Sermon on 1 Corinthians 9:7-12, 19-23
Text: Who serves as a soldier at his own expense? Who plants a vineyard and does not eat its grapes? Who tends a flock and does not drink the milk? 8 Do I say this merely on human authority? Doesn’t the Law say the same thing? 9 For it is written in the Law of Moses: “Do not muzzle an ox while it is treading out the grain.” Is it about oxen that God is concerned? 10 Surely he says this for us, doesn’t he? Yes, this was written for us, because whoever plows and threshes should be able to do so in the hope of sharing in the harvest. 11 If we have sown spiritual seed among you, is it too much if we reap a material harvest from you? 12 If others have this right of support from you, shouldn’t we have it all the more?
But we did not use this right. On the contrary, we put up with anything rather than hinder the gospel of Christ.
19 Though I am free and belong to no one, I have made myself a slave to everyone, to win as many as possible. 20 To the Jews I became like a Jew, to win the Jews. To those under the law I became like one under the law (though I myself am not under the law), so as to win those under the law. 21 To those not having the law I became like one not having the law (though I am not free from God’s law but am under Christ’s law), so as to win those not having the law. 22 To the weak I became weak, to win the weak. I have become all things to all people so that by all possible means I might save some. 23 I do all this for the sake of the gospel, that I may share in its blessings.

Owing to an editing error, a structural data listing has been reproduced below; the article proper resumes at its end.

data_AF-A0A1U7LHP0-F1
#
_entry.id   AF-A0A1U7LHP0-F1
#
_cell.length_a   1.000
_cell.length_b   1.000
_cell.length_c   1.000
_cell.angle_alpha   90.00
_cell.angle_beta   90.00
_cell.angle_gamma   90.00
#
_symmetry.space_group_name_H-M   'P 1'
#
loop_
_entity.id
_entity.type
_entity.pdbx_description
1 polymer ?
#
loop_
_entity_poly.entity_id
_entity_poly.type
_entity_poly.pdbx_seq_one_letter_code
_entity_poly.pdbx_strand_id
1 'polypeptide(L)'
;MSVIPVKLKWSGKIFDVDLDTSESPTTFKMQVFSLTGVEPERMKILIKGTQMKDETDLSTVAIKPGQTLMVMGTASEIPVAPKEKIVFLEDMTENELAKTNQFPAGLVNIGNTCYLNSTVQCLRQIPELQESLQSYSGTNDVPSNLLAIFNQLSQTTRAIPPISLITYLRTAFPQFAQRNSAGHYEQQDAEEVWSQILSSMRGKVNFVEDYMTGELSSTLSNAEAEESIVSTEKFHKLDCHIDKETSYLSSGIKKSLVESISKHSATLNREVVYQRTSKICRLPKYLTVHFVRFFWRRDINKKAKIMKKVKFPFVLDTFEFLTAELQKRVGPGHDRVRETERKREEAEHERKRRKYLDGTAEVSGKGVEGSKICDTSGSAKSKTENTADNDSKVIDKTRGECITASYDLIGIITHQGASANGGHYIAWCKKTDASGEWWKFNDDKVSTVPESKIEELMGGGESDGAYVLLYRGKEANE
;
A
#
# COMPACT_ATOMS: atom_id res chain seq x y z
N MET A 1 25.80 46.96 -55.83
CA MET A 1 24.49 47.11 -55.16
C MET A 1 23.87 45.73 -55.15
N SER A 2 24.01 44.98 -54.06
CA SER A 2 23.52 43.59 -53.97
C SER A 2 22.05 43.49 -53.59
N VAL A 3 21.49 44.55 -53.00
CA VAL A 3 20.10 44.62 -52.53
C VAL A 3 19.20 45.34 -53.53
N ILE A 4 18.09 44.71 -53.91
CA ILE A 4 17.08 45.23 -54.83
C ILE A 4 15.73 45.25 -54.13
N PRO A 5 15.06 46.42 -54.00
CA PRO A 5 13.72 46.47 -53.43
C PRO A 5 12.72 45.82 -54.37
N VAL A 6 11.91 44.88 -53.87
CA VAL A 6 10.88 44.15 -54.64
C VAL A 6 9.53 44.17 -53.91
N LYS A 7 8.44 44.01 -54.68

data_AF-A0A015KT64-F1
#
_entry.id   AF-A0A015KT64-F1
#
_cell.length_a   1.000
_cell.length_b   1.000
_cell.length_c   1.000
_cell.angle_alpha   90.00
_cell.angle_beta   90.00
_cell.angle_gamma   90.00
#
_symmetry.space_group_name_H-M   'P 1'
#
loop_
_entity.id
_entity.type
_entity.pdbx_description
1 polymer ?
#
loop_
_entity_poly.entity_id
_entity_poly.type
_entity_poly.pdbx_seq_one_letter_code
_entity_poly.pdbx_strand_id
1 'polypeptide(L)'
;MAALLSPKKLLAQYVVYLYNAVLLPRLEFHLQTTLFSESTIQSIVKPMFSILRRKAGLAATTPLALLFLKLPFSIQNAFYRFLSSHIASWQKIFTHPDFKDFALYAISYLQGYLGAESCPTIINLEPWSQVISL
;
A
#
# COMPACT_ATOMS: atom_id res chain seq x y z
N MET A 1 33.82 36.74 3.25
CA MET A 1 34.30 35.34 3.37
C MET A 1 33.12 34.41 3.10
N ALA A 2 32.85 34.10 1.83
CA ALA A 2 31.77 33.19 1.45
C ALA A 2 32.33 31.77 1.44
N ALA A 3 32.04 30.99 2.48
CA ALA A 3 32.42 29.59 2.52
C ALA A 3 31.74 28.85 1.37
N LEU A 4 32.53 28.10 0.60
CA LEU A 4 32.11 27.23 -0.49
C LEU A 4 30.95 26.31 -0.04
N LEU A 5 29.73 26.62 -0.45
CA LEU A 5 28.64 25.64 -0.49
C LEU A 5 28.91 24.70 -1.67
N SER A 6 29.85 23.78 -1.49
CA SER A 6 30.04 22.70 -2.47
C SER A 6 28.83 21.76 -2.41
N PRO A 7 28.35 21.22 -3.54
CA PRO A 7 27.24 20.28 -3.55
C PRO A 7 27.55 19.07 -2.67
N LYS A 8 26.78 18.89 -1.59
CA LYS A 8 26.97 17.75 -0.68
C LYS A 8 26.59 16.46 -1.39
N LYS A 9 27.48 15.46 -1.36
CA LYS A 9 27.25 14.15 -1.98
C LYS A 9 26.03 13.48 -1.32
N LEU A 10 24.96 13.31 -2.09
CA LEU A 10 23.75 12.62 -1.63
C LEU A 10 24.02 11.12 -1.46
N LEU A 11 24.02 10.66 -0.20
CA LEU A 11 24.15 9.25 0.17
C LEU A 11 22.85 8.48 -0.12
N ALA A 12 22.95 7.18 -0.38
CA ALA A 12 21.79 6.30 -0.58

We’ve been to those get-togethers where two different groups or acquaintances meet. It may have been at a graduation. You get people from work and have your relation there. They don’t know each other. The only commonality is you. These are events that can bring into stark contrast how much adapting you do, depending on which group you’re with. You find something that you have in common with that person. If they are into sports, you talk about how the team is doing. If you know that they like a particular type of food, your conversation may drift in that direction. You adapt to the person that you are talking to. Paul recognized that the Christian ministry is all about adaptation. That while the message of the Christian faith cannot be modified, changed, or compromised, he notes that we can’t just use one approach when it comes to sharing the gospel. We will want to adapt. But that begs the question here in 21st century America, HOW DO WE BECOME ALL THINGS TO ALL PEOPLE?